The cemetery even has its own underground station, but the best way to leave it is to cross the Arlington Memorial Bridge. This leads to the Lincoln Memorial, erected in tribute to the winner of the Civil War. The monument is modelled on the Parthenon in Athens and contains a huge, gaunt, moody statue of Abraham Lincoln. The figure looks down the length of the ceremonial city, mirrored in the steely pool are the Washington Monument and beyond it the Capitol building.

Almost 60,000 names are inscribed in black granite 'in the order they were taken from us' from 1959 to 1975. This tragic arc of stone is the Vietnam Veterans Memorial, a chronological list of those who died - and the 1,300 still listed as missing - in the war in Indochina. The first to die was John H Anderson Jnr, the last Jessie Calba. Relatives can locate the position of their loved one's name by computer, and make pencil rubbings of the names.

You would not visit Washington to shop but - this being America - there is plenty to buy besides imitation parchment copies of the Constitution. Many of the shopping opportunities have moved out to malls on the Beltway, Washington's smaller but equally congested version of the M25. The areas to look in are around the Metro Center, in particular two department stores: Woodward & Lothrop (known as 'Woodie's') and Hecht's.

The Kennedy Center is a massive monolith containing five auditoriums - the foyer alone is longer than the Washington Memorial is high, and is one of the largest rooms in the world. The view from the roof terrace at sunset is awesome: the Washington Monument winks at passing aircraft, Lincoln's Memorial is stoical and the dome of the Capitol glistens as the rich and powerful prepare to be entertained.

The awkwardly curved concrete lump next door is the Watergate Center, an apartment and office block with an ordinary branch of Safeway's, a hotel and a history, where Nixon's CREEP (Campaign for RE-Election of the President) carried out its dirty work.

Close by is Georgetown, an old tobacco port that predated Washington but has long been engulfed by the capital. It has charm and history, as well as fearsome crowds at weekends. Some of Washington's best-value restaurants are here, notably at the junction of Wisconsin Avenue and M Streets. This crossroads is the oldest in the city; it was from here that Pierre L'Enfant set out in 1791 to survey the site of the nation's capital - accompanied by George Washington.


Getting there: Via Boston on Northwest Airlines, pounds 226, including tax, from Bon Voyage (0703 330332). The lowest fare on a non- stop United flight through the same agent is pounds 232.

Dulles, the main international airport, is 20 miles west of the city centre. The Washington Flyer bus operates every hour and takes 45 minutes to the city centre. Connecting flights such as Northwest's arrive at National Airport, only 15 minutes and a dollar on the Metro from the city centre.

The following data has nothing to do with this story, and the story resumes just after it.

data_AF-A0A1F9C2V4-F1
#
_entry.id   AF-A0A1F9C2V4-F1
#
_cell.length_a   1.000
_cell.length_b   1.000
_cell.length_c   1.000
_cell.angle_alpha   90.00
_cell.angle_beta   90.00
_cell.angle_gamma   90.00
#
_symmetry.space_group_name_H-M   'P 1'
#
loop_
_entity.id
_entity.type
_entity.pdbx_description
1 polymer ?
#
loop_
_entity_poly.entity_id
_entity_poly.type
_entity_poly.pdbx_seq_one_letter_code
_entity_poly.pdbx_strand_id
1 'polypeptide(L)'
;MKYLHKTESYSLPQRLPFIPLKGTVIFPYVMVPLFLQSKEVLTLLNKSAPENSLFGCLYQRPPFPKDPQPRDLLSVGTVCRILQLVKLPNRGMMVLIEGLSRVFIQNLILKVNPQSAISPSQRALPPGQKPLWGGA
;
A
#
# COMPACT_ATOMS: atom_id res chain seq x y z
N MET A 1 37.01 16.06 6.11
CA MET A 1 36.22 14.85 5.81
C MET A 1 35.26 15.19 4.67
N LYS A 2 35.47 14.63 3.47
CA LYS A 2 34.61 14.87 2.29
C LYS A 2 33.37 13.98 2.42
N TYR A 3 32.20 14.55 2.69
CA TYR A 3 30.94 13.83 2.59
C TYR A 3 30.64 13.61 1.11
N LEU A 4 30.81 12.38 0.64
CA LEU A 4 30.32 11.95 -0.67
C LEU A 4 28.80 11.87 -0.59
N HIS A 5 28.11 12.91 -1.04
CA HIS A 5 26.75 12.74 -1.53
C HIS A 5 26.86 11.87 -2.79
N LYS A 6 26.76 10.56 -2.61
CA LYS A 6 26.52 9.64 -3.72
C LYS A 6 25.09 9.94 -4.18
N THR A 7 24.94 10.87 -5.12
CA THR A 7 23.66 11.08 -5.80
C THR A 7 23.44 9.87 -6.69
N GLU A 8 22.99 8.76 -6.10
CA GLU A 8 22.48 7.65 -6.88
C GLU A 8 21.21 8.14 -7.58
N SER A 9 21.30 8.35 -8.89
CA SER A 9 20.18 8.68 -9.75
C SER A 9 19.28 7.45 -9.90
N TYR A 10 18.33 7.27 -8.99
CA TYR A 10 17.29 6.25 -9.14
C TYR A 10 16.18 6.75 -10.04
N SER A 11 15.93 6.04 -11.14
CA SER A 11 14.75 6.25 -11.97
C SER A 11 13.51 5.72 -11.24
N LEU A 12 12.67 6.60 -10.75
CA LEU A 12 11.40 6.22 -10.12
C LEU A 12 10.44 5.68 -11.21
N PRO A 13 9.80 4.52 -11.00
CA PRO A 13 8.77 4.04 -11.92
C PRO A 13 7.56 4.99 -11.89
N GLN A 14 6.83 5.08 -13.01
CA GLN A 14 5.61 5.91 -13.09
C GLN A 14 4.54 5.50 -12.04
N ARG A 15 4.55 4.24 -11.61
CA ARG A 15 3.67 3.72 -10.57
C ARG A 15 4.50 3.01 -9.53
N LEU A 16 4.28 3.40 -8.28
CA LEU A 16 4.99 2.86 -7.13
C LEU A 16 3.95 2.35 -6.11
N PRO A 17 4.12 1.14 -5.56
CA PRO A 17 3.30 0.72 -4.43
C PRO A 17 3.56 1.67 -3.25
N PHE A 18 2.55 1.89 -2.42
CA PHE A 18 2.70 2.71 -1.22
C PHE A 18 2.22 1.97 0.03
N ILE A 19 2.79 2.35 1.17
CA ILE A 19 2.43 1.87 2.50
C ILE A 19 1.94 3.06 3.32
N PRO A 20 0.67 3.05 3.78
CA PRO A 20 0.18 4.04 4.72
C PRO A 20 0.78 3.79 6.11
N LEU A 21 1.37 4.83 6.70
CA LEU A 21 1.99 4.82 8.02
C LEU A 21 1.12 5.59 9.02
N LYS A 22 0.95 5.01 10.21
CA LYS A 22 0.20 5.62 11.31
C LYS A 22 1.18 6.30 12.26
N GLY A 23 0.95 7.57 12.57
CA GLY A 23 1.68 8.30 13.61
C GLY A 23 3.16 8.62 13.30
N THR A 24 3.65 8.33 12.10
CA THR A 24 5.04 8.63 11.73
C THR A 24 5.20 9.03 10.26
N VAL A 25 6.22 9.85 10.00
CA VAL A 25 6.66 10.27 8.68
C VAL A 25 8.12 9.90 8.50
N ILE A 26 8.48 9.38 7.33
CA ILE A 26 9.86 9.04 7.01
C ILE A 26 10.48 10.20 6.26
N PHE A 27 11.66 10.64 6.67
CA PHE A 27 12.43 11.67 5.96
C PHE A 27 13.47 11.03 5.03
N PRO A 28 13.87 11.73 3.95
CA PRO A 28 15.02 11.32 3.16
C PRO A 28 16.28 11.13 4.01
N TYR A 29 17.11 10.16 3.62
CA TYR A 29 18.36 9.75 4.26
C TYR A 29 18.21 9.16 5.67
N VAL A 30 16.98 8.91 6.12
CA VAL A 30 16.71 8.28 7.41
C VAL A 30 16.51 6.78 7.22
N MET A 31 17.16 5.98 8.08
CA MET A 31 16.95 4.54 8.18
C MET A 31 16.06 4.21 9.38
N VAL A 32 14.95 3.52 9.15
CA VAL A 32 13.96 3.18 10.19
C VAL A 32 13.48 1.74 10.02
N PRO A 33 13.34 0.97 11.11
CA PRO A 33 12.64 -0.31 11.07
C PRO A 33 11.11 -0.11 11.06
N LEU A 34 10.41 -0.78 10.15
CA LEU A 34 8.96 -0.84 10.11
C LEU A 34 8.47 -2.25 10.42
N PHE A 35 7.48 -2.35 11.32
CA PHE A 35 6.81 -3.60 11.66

Getting around: The Metro is the best way to travel. Begun 20 years ago, it is a system of heroic proportions. Lines are colour-coded, known as Blue, Red, Yellow, Green and Orange. Tickets are sold from automatic machines; watch how the locals do it. A dollars 5 ticket gives unlimited travel all day from 9.30am.

Taxis abound. Instead of meters, fares are calculated by the driver according to the distance travelled as interpreted by a formula baffling to the newcomer. Scope for cheating customers is therefore wide, but most drivers are honest. Tip 15 per cent.

Accommodation: Autumn is an excellent time to visit. I stayed at the Howard Johnson Lodge (2601 Virginia Avenue, 965 2700; dollars 82 single/dollars 90 double per night), and at the tattier University Inn (2134 G Street, 342 8020) for dollars 57, including breakfast. Cheaper still is the Youth Hostel (1009 11th Street, 737 2333), dollars 15 for Hostelling International members.

Washington has numerous bed and breakfast agencies; try Sweet Dreams & Toast (363 7767). Double room rates range from dollars 45-dollars 130; book several weeks in advance.

Attractions (admission is free for all those listed):

FBI headquarters, J Edgar Hoover Building, E Street between 9th and 10th Streets

Ford's Theatre, 511 10th Street

Library of Congress, corner of 1st Street and Independence Avenue

National Air & Space Museum, 6th Street and Jefferson Drive

National Gallery of Art (East Building), Pennsylvania Avenue between 3rd and 4th Streets

National Archives, Constitution Avenue between 7th and 9th Streets

White House, 1600 Pennsylvania Avenue

Further information: The US tourist office does not accept personal callers. You must write to PO Box 1EN, London W1A 1EN or telephone 071-495 4466.

Visitor information in Washington is available from 1455 Pennsylvania Avenue, next to the Willard Hotel; telephone 789 7038.

The code from the UK for the US is 0101. The area code is 202.